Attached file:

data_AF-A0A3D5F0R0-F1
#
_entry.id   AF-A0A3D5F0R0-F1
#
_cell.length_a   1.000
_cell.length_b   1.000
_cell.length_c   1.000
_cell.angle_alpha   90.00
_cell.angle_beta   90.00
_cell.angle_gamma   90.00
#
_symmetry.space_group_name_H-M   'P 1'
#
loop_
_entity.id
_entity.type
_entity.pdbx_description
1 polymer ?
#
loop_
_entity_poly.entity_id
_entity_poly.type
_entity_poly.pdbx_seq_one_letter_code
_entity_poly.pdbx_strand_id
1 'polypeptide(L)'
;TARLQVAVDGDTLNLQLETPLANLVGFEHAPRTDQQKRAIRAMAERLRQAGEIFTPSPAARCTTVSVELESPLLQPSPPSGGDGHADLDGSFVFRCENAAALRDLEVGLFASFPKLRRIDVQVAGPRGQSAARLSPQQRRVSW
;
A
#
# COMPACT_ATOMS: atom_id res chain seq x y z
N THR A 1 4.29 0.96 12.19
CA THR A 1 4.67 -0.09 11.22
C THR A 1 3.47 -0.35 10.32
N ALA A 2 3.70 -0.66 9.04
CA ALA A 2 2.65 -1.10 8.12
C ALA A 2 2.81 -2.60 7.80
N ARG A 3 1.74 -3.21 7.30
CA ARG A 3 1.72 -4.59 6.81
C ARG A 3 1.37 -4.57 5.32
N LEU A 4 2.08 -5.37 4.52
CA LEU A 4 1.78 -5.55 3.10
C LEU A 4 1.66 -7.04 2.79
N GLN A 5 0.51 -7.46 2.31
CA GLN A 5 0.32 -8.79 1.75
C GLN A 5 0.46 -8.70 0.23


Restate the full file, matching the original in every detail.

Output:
data_AF-A0A3D5F0R0-F1
#
_entry.id   AF-A0A3D5F0R0-F1
#
_cell.length_a   1.000
_cell.length_b   1.000
_cell.length_c   1.000
_cell.angle_alpha   90.00
_cell.angle_beta   90.00
_cell.angle_gamma   90.00
#
_symmetry.space_group_name_H-M   'P 1'
#
loop_
_entity.id
_entity.type
_entity.pdbx_description
1 polymer ?
#
loop_
_entity_poly.entity_id
_entity_poly.type
_entity_poly.pdbx_seq_one_letter_code
_entity_poly.pdbx_strand_id
1 'polypeptide(L)'
;TARLQVAVDGDTLNLQLETPLANLVGFEHAPRTDQQKRAIRAMAERLRQAGEIFTPSPAARCTTVSVELESPLLQPSPPSGGDGHADLDGSFVFRCENAAALRDLEVGLFASFPKLRRIDVQVAGPRGQSAARLSPQQRRVSW
;
A
#
# COMPACT_ATOMS: atom_id res chain seq x y z
N THR A 1 4.29 0.96 12.19
CA THR A 1 4.67 -0.09 11.22
C THR A 1 3.47 -0.35 10.32
N ALA A 2 3.70 -0.66 9.04
CA ALA A 2 2.65 -1.10 8.12
C ALA A 2 2.81 -2.60 7.80
N ARG A 3 1.74 -3.21 7.30
CA ARG A 3 1.72 -4.59 6.81
C ARG A 3 1.37 -4.57 5.32
N LEU A 4 2.08 -5.37 4.52
CA LEU A 4 1.78 -5.55 3.10
C LEU A 4 1.66 -7.04 2.79
N GLN A 5 0.51 -7.46 2.31
CA GLN A 5 0.32 -8.79 1.75
C GLN A 5 0.46 -8.70 0.23